In the tradition of Tara Westover’s Educated: A Memoir, Patricia Walsh Chadwick’s Little Sister: A Memoirtells a story of success despite harrowing odds. Featured in the New York Post, the gripping memoir depicts a childhood as impossible to imagine as it must have been to inhabit. As a child, Chadwick had never watched TV or read a newspaper. After being indoctrinated into a sequestered religious life since birth, a series of natural teenage crushes led to the cult community determining she was not fit to serve God. They allowed her to finish her senior year of high school, and then—not even an hour after her graduation—she was exiled from everything she had ever known. Despite all this, Chadwick became an incredible success with an accomplished thirty-year financial career and a CEO position in theLGBT+ health organization she founded herself. Powerful and moving, this is a memoir you’re unlikely to forget—a memoir unlike any other you’ve ever read before.
Ken Regan was a young photographer in 1964 when he covered Muhammad Ali’s first fight: his historic victory over Sonny Liston in Miami Beach. Afterward, the young photographer embarked on a life-long love affair with the sport of boxing.
For the next four decades, Regan would go on to chronicle the greatest fights and the greatest fighters of the age. His extraordinary photographs include many of the most enduring images ever created in the annals of boxing, as well as portraits of notable trainers, managers, promoters, writers, and the whole panoply of celebrities associated with the sport. Featuring some of the greatest ring action in boxing history, Knockout takes us from sparring sessions and press conferences to weigh-ins and post-fight sessions.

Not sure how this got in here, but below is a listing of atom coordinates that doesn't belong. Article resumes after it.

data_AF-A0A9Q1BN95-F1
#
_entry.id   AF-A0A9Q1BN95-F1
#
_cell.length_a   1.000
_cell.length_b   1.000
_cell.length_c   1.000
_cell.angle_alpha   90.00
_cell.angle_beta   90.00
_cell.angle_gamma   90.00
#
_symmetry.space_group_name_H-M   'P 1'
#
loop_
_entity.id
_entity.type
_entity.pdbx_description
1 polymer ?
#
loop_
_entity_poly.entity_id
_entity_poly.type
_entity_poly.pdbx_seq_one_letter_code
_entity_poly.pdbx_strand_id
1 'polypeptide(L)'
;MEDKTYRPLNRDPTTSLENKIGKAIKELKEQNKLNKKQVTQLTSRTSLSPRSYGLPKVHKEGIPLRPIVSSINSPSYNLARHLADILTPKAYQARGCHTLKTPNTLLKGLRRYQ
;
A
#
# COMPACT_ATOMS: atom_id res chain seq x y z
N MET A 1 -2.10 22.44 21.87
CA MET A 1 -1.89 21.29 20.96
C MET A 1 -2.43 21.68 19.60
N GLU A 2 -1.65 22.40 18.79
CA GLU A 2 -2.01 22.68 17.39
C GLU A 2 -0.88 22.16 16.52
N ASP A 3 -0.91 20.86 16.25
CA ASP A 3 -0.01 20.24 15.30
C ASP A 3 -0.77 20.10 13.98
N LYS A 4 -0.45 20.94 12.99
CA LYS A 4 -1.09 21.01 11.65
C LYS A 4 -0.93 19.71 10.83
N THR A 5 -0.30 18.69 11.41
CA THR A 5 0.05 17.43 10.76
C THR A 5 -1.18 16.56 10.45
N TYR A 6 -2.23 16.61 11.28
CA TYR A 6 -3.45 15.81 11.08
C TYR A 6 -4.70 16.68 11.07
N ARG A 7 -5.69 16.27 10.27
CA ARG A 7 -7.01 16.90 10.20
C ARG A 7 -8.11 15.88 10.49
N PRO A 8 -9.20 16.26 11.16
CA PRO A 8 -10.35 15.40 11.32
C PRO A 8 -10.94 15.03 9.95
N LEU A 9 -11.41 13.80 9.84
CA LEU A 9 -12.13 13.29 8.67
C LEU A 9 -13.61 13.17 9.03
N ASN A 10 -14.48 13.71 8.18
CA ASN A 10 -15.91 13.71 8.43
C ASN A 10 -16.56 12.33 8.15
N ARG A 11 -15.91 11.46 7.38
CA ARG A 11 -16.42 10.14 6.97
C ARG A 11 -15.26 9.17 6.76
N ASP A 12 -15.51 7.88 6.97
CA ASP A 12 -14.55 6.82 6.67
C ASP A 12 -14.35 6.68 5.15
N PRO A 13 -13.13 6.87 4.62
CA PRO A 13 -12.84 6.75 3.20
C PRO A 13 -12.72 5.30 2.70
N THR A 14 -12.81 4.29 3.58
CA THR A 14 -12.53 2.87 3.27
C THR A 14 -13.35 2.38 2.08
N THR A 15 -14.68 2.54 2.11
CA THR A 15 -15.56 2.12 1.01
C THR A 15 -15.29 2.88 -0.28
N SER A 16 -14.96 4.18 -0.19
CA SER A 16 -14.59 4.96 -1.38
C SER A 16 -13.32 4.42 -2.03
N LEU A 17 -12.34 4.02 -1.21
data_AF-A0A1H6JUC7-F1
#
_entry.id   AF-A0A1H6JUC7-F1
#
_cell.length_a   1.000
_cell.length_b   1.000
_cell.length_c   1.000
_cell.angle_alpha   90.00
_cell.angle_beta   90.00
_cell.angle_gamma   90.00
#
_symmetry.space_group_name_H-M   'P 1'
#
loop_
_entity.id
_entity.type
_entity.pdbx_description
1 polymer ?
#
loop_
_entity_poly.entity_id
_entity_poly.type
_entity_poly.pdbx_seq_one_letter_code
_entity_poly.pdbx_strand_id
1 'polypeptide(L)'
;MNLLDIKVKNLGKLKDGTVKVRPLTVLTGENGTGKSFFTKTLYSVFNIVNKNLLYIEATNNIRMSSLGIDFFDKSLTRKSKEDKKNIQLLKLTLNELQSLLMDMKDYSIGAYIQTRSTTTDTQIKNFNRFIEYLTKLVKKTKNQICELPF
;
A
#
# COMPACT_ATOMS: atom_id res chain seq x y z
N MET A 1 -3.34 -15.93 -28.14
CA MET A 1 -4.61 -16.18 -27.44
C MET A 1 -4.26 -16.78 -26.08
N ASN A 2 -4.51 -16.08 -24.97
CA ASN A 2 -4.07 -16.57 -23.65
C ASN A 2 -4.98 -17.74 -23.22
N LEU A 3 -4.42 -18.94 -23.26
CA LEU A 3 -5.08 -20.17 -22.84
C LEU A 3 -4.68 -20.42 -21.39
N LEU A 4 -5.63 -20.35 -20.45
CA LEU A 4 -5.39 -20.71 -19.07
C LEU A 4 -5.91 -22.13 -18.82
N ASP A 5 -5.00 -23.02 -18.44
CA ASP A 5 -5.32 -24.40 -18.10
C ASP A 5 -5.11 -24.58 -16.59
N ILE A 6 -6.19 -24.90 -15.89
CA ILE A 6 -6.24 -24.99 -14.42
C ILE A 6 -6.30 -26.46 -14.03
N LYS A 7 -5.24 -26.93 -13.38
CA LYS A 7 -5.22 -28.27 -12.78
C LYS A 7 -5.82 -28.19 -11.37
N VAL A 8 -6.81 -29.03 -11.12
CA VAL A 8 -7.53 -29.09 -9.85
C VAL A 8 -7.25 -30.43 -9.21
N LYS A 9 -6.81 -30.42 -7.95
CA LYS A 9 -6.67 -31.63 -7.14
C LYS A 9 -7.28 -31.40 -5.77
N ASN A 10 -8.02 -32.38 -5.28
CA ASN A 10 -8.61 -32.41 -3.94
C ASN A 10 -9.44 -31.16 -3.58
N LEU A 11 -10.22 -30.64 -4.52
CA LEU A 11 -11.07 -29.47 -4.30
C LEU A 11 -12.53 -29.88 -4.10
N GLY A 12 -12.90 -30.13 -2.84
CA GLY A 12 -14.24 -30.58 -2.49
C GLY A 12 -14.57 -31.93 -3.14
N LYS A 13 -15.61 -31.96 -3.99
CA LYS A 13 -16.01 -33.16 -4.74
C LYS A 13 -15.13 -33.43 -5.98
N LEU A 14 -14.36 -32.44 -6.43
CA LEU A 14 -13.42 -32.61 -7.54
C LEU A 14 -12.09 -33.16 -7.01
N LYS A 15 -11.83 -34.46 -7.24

Knockout also features Regan’s compelling stories and firsthand accounts of his amazing photographic journey into the heart of boxing. Beginning with his early magazine work shooting prizefights and throughout the following decades, Regan developed close personal friendships with some of the greatest fighters. Regan captures intimate moments showing fighters with their families at home and on the road. With numerous black-and-white and color images, many of them seen here for the first time, Knockout is destined to be one of the most celebrated books ever published on the subject of boxing.
Although it’s been three years since Muhammad Ali’s passing, the legendary boxer remains a cultural icon. Just last month, HBO released What’s My Name: Muhammad Ali, a powerful documentary depicting not only his athletic career but also his legacy as an activist. Knockout: The Art of Boxingcontains an introduction from actor Liam Neeson and never-before-seen photos from Ken Regan, a world-renowned photographer who has profiled the likes of Bob Dylan and Madonna, among others. Regan’s photography expertly juxtaposes the brutality inherent in the sport with the grace and strength of Ali’s character. If you’re short a gift for Father’s Day, why not check out this beautiful release from Insight Editions? It’s sure to be a winner.